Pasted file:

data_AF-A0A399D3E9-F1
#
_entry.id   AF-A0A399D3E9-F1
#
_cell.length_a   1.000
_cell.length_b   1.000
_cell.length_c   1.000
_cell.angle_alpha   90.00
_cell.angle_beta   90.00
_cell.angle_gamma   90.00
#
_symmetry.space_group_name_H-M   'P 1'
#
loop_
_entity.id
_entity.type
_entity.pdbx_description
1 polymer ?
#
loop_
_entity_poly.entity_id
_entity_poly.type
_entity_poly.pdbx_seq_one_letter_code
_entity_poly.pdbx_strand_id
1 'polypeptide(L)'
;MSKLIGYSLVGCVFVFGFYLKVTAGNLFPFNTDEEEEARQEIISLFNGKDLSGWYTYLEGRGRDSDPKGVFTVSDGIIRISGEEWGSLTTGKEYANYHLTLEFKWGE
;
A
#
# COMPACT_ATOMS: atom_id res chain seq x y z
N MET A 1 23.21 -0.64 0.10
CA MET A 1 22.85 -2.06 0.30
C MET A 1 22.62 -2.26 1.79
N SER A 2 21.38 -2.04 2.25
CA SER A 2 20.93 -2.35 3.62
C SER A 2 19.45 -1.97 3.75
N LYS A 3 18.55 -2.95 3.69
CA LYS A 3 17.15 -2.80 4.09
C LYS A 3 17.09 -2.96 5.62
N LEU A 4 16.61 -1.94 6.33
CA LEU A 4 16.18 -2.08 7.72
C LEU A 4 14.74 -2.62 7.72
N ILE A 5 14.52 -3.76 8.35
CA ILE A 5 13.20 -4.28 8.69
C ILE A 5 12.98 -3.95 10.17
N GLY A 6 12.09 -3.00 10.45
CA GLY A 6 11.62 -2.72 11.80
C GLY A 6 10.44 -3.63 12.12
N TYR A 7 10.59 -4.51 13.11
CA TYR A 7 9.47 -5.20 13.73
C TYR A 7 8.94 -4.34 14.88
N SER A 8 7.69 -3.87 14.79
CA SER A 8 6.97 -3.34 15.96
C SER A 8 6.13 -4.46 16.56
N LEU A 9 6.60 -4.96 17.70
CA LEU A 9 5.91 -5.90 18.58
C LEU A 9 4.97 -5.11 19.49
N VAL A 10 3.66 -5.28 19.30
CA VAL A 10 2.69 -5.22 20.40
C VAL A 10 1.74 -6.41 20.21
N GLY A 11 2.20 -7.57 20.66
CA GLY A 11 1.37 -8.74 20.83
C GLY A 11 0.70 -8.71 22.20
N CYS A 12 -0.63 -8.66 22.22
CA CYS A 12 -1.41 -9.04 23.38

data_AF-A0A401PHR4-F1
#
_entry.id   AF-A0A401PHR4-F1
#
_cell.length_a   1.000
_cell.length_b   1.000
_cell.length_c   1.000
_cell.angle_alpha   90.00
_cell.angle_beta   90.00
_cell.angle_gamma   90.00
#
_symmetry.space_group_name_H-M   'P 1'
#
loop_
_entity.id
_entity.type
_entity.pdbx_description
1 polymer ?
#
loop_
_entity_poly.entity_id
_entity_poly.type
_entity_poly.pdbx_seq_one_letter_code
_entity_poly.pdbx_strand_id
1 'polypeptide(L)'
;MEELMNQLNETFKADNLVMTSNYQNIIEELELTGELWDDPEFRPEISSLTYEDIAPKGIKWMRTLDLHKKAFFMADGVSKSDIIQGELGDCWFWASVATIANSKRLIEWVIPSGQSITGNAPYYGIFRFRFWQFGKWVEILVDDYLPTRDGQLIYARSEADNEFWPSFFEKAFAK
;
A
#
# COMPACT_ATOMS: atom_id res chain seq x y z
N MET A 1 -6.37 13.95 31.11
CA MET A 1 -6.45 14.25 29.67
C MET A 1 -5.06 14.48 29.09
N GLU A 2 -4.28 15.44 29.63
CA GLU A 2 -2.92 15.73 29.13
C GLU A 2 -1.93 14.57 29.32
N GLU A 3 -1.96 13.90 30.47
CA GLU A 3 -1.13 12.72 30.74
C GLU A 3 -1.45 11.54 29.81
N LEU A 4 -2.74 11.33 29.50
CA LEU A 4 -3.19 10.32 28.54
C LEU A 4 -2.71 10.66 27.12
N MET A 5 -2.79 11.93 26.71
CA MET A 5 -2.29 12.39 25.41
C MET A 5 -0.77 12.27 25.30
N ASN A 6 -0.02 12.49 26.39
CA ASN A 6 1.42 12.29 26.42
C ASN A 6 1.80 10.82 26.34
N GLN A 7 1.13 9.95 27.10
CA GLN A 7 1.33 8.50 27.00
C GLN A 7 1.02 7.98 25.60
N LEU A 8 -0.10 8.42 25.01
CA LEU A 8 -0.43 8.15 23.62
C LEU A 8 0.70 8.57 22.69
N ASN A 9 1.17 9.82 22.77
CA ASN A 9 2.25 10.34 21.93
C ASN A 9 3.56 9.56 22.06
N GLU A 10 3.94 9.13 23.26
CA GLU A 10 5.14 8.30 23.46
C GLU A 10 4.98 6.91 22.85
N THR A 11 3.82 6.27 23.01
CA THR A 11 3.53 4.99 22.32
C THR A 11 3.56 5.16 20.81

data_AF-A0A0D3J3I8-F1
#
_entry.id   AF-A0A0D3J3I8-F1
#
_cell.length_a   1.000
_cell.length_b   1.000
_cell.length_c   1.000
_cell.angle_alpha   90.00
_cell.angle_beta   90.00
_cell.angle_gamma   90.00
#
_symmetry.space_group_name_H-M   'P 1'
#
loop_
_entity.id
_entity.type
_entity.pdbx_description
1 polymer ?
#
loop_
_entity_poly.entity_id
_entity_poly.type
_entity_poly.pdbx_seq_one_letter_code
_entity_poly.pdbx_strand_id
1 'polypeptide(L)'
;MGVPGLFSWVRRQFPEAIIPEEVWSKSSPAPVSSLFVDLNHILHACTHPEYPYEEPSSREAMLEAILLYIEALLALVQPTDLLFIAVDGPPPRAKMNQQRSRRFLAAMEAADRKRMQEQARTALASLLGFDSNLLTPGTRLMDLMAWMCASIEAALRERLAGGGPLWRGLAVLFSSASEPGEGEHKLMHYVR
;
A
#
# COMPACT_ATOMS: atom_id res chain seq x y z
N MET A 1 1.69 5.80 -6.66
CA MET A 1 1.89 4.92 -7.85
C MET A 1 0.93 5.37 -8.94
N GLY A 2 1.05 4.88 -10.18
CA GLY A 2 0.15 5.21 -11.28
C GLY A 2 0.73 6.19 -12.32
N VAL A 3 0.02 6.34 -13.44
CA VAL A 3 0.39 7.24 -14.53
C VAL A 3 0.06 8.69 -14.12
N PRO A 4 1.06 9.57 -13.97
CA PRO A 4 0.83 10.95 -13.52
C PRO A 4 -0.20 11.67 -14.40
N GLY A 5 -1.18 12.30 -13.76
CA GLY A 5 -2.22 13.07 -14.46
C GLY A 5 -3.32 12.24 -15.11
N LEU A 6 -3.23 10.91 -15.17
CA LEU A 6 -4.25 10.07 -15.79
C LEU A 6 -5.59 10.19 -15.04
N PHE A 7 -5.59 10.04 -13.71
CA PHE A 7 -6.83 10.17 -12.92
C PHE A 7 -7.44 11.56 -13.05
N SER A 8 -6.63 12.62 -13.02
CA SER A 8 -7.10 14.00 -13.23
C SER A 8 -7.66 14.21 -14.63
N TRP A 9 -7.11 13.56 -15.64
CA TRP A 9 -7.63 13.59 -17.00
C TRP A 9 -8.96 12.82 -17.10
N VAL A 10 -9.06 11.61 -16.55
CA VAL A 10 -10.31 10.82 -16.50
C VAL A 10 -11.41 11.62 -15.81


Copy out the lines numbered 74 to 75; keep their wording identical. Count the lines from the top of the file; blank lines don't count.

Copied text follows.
_cell.angle_beta   90.00
_cell.angle_gamma   90.00